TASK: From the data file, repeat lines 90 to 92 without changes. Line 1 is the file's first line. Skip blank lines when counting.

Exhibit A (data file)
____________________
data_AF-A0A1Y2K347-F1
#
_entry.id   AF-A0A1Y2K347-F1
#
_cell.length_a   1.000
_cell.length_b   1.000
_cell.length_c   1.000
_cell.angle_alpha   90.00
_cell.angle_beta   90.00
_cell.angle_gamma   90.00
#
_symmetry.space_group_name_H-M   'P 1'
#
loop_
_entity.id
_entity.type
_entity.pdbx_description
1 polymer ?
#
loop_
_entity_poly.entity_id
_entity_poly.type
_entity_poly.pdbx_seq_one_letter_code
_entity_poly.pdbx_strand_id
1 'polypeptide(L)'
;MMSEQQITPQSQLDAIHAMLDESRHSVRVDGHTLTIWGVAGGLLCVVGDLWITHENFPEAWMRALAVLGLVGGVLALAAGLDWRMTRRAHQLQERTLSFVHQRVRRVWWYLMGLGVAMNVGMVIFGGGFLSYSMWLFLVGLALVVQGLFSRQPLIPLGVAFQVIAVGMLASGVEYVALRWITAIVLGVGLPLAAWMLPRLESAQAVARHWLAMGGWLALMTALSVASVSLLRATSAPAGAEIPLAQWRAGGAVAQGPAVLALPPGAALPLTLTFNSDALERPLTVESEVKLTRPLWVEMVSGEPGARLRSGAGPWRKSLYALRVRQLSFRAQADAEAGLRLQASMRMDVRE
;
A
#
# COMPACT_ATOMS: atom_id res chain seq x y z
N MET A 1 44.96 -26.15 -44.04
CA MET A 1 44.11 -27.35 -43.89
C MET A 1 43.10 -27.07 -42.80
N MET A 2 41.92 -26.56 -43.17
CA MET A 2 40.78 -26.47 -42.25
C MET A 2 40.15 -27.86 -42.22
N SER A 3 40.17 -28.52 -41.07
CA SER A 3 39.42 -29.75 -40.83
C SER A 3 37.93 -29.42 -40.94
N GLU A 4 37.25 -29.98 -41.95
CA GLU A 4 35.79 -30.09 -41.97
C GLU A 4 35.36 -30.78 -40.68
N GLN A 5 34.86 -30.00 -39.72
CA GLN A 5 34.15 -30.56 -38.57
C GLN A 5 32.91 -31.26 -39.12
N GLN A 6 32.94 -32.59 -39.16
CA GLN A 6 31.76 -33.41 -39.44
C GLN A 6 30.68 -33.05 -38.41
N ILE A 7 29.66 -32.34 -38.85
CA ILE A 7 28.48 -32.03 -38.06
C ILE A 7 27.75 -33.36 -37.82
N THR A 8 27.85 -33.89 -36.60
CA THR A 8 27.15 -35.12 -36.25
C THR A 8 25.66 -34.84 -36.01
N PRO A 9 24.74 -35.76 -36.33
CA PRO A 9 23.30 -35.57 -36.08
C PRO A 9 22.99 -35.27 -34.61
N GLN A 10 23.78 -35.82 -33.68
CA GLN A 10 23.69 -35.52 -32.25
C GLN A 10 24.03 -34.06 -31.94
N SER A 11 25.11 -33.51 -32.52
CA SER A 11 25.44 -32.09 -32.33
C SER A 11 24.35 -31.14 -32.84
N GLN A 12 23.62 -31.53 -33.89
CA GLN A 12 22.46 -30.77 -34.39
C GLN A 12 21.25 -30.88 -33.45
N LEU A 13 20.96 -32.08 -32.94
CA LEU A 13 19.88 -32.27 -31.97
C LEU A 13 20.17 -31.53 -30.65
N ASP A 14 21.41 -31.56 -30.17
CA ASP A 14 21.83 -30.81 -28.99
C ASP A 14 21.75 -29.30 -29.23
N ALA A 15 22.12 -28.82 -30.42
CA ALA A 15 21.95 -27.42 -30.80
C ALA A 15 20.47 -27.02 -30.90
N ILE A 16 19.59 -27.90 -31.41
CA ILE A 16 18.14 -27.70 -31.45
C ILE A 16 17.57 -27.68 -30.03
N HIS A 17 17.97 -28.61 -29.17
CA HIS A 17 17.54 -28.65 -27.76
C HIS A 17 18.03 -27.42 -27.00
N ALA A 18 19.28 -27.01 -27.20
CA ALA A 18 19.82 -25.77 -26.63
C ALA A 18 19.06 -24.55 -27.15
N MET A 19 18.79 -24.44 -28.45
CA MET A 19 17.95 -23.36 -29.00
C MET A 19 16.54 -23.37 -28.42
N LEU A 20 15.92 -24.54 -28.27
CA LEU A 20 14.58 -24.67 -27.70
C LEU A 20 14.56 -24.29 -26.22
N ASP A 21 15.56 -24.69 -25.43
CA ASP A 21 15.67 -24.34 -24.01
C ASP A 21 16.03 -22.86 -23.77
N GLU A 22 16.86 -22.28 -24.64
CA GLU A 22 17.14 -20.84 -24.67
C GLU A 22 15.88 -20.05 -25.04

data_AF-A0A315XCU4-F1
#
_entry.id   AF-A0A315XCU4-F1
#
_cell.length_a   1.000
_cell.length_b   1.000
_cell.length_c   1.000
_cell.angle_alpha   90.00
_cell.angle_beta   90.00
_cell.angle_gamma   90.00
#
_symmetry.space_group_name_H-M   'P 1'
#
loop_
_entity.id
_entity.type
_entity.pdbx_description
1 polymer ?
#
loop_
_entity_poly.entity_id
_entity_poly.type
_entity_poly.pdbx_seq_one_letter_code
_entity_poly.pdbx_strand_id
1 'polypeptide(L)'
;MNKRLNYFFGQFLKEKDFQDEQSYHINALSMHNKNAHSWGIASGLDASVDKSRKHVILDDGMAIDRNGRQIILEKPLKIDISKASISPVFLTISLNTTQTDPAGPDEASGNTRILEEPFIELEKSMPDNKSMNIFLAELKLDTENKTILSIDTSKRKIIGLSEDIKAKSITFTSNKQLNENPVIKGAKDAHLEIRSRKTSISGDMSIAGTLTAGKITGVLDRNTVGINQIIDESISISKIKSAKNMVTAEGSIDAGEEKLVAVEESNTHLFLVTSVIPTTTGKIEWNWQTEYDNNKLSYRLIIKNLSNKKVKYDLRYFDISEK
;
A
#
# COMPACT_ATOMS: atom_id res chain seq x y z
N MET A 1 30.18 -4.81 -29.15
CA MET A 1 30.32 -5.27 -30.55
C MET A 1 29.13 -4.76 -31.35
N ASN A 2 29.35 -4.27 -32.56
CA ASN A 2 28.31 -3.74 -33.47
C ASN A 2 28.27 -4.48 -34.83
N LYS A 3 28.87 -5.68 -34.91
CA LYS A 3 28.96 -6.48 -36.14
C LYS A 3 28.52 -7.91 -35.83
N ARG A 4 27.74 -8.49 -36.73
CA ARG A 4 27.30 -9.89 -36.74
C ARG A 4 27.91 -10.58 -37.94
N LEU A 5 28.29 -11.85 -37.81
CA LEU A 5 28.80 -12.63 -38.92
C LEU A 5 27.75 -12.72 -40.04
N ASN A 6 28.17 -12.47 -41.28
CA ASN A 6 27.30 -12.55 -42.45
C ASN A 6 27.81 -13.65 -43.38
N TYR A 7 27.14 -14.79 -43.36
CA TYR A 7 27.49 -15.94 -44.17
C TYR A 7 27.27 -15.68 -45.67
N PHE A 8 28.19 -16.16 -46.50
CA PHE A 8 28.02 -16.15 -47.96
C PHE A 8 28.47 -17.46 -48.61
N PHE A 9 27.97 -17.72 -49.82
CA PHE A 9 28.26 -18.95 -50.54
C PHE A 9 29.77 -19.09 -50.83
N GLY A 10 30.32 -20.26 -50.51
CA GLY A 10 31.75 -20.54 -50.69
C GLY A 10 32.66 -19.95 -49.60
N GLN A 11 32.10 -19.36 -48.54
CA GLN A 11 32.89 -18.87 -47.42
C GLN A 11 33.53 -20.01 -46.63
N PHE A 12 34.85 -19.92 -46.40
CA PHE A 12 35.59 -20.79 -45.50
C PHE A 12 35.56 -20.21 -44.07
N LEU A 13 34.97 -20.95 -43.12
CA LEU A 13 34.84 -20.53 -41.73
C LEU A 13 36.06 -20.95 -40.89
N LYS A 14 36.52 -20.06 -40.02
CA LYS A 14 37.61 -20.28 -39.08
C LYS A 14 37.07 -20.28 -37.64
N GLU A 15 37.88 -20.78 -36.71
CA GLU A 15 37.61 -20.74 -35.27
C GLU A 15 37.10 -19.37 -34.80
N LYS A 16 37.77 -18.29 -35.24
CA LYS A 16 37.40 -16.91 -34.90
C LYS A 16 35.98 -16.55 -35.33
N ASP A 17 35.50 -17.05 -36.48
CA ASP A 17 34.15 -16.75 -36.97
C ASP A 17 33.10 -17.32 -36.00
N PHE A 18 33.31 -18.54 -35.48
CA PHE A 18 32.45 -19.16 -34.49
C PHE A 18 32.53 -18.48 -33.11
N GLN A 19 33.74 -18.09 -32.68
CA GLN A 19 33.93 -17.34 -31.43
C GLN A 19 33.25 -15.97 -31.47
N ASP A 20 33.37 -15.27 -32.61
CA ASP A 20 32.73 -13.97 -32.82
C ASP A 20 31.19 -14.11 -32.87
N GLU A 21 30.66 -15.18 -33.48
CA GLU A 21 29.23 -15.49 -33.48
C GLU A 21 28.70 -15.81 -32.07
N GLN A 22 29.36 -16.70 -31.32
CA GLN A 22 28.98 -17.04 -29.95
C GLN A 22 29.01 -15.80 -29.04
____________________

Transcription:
C LEU A 20 14.56 -24.29 -26.22
N ASP A 21 15.56 -24.69 -25.43
CA ASP A 21 15.67 -24.34 -24.01